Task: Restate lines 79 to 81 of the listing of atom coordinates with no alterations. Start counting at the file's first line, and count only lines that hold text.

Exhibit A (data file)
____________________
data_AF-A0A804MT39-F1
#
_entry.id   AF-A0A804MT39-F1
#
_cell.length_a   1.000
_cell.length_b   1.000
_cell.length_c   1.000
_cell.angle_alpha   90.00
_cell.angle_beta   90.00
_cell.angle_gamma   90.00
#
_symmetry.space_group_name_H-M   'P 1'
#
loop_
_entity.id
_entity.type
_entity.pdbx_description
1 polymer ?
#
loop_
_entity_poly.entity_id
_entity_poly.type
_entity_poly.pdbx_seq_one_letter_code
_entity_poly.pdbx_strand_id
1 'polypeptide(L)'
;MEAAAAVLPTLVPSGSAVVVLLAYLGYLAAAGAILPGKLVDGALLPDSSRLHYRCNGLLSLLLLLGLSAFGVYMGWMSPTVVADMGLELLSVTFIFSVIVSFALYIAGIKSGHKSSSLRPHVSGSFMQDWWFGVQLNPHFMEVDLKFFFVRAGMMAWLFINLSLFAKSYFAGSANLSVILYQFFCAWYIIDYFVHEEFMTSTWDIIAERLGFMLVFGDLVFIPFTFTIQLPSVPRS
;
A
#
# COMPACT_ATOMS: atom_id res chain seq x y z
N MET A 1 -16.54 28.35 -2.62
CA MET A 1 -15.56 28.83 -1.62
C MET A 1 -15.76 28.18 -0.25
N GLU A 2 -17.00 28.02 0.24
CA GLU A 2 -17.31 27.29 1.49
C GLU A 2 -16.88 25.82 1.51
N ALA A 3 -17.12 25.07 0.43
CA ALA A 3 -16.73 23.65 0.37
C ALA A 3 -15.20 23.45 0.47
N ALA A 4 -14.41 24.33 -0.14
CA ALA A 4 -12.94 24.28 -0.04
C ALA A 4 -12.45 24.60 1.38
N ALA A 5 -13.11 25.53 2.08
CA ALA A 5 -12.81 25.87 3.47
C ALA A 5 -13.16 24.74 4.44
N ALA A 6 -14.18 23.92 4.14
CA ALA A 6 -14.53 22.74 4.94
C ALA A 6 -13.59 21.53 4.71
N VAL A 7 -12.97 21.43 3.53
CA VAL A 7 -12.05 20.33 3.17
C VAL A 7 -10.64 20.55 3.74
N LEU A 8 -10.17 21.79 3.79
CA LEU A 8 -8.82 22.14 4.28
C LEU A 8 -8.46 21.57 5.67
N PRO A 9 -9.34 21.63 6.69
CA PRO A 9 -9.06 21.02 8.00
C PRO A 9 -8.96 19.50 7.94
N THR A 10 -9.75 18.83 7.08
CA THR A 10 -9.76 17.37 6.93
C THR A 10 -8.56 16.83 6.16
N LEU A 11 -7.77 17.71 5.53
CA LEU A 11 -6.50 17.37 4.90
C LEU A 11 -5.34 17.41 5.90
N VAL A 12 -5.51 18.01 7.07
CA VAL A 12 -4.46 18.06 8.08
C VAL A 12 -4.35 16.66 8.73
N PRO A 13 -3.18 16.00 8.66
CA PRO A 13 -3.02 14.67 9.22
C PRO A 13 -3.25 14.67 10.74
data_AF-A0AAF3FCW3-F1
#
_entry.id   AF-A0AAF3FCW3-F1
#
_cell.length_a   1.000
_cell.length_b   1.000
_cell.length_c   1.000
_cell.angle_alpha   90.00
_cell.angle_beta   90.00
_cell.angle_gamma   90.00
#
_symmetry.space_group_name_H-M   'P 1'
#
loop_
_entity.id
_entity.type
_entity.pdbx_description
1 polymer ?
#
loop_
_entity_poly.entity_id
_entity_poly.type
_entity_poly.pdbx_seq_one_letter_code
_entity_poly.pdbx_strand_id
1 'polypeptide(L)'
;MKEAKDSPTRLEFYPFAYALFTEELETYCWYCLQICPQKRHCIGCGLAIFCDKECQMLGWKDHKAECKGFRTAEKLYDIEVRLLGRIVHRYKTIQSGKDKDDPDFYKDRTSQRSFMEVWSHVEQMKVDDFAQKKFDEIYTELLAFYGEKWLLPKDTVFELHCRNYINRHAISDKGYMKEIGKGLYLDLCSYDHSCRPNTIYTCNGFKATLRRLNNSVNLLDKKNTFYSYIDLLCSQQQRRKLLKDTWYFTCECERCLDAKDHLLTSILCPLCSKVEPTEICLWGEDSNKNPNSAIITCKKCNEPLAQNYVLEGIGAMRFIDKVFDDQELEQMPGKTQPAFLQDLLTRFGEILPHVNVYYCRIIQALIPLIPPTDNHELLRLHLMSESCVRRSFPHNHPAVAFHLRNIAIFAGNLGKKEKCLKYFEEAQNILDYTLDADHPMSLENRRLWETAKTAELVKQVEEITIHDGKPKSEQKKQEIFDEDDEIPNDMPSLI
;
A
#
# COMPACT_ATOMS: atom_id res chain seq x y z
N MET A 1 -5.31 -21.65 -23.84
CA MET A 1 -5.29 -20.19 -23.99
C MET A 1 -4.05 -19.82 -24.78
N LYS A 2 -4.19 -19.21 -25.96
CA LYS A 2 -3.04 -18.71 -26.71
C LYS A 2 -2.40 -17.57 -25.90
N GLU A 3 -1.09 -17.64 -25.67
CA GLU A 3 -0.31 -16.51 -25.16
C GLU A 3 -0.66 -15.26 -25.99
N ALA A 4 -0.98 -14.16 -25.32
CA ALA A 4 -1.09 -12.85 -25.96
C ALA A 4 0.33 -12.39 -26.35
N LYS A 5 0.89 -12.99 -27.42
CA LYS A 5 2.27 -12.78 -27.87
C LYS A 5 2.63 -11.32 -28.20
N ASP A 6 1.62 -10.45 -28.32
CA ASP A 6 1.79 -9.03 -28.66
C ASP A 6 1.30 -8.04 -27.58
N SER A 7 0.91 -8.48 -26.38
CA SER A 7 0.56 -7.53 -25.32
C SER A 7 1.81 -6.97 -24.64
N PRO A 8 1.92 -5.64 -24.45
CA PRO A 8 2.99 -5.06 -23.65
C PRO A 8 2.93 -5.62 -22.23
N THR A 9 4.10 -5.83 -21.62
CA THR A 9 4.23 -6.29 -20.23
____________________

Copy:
_cell.angle_gamma   90.00
#
_symmetry.space_group_name_H-M   'P 1'